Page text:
Fast And Cheap DIY Outdoor String lights!

{DIY}: Outdoor String Lights

This past labor day, we made posts to hang string lights to hang around our deck. I’m so thrilled with how they turned out!

So I thought I’d pass on the instructions so you can make them, too.
Café style string lights are something I’ve wanted for our deck since the day we built it. But I could never find the right structure for it. A pergola is too much, but flimsy poles wouldn’t cut it either. This summer, I found the solution: Electrical conduit! By chance on pinterest, I found this post about making curtain rods from inexpensive, sturdy electrical conduit from the hardware store. I thought it would be the perfect raw material for this project. The best part? Each 10 foot piece cost a mere $4. Amazing!
The poles are essentially three 10 foot pieces of electrical conduit with pipe straps attached as hooks and end caps attached at the top. To secure them into the ground, we buried pieces of plastic piping just large enough for the conduit to fit inside. We then inserted the poles into the buried pipes at varying depths (our deck is on a slant). The result is a secure set of supports for our lights that cost around $30!
Here is the step by step breakdown:

Step One: Using an awl, puncture the conduit about 3 inches from the top to make drilling easier. Of course, you could make the hooks higher or lower, but 3 inches looked about right.

Here’s a close up of the label on the tube we bought. Make sure you totally remove any stickers and residual goo before painting so your finish looks good.
Step 2: Spray paint! We used Rust-Oleum in Dark Bronze. We used all of one can and just a tiny bit of a second can. (For some reason I missed taking a picture of spray painting the conduit itself – but you get the idea). We painted the conduit, hooks, and caps separately. An old edging tie worked well to help me get all the sides of the hooks evenly painted. (As a bonus, you get a nice view of my favorite painting shirt!) Then after it was assembled, I gave it one final sweep to cover the head of the screw.
Step 3: Cut lengths of plastic electrical conduit to a length of a minimum of 18 inches, and ideally 24 inches. Our deck is on a slant, so its higher on one side than the other. So each piece of piping was a different length between those two measurements. The piece of pipe we bought was 1 inch in diameter. The conduit was 3/4 of an inch, so it was a perfect fit.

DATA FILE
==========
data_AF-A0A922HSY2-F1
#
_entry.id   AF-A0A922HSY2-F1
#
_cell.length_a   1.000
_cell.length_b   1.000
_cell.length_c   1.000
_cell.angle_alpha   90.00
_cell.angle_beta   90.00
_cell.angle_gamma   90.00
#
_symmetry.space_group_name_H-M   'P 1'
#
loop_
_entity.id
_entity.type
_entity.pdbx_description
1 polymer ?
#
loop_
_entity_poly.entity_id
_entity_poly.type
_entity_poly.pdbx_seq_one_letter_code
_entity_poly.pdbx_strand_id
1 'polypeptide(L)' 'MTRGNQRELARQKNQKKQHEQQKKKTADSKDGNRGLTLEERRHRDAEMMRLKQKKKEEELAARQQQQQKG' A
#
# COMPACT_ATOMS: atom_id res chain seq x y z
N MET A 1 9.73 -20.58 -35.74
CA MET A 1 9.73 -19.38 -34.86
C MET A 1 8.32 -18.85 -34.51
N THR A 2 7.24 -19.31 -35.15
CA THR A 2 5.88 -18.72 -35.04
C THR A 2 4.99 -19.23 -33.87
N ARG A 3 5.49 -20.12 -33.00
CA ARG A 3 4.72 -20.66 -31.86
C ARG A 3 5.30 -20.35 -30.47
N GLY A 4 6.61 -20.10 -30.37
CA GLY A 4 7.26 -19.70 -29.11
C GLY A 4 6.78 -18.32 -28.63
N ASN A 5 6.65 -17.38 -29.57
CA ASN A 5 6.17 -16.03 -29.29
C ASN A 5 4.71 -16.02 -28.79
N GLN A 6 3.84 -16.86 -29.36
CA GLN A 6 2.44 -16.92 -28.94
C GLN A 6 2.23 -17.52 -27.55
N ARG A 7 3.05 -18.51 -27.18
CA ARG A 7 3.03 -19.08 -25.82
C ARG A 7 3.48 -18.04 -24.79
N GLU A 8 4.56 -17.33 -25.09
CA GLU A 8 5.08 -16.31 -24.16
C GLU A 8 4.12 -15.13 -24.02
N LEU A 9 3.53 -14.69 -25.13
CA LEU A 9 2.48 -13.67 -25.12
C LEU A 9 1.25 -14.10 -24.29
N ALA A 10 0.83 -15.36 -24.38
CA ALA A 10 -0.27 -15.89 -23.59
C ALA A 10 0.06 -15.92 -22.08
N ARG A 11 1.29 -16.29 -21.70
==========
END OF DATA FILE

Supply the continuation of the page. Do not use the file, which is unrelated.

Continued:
Step 4: Attach the pipe straps (hooks). You can use a screwdriver or a drill for this. Jeremy started the screws with a screwdriver and then drilled them in.
Step 5: Attach the Caps. We bought 1/2 inch “Knock Out Seals” for this. They are essentially flat caps with metal ribbing on the inside that securely seals it at the end of the pipe. I’m sure they have a precise and specific purpose which probably has nothing to do with what we used it for, but it worked perfectly! We just needed to use pliers to adjust the angle of the metal ribbing inside so it fit well.
Step 6: Bury the pipes. I wish I could say the process of burying the pipes in the ground was precise and exact, but that is so not our style (!). We completely lucked out with the depth of the pipe. We were quite shocked when the poles all measured the same height in the end (actually they are about 1/2 an inch off from each other, which is too small to detect with the eye – good enough for us!). Being that our deck is built on slanted ground, this was a major win. Also, I spray painted the part of the pipe that is visible above ground after the fact, but didn’t take a photo of it. Only one needed to be painted, as the other two are completely concealed by plants. About 6 inches of pipe sticks up out of the ground.
Step 7: Insert poles into their fittings and attach extra pipe straps to the exterior wall where the lights will hang.
{If you luck out with the heights of your poles, cheer!}
 
Step 8: Drape lights from your poles, and you are done!
This project was so rewarding. The lights cast a warm, flattering glow that will be perfect for entertaining. I also love that we can take them down easily by lifting the poles out of the ground and unhooking the lights. Easy!
You should do it.
Here’s the cost breakdown:
3 10 foot long pieces of electrical conduit, 3/4 inch in diameter: $3.98 each – $11.94
1 10 foot long piece of plastic piping (in the same aisle as the conduit, I’m assuming it also has an electrical function) – $2.92
2 Packages of single anchor pipe straps, 3/4 inch diameter – $.98 each, $1.96
1 Package of 1/2 inch Knock Out Seals – $1.30
2 Cans of Rust-Oleum Hammered Dark Bronze Spray Paint – $5.98 each – $11.96
Total: $30.08!
The String Lights are from Target and cost $12.95 for each 20 foot strand. Our deck is 10 feet x 20 feet, so we needed 2 strands.
This brings the final total for this project to $55.98! Not bad considering the many more expensive alternatives out there. I’m in love. Even though the weather is cooling down, I have a plan to make good use of the lights soon. Will keep you posted!
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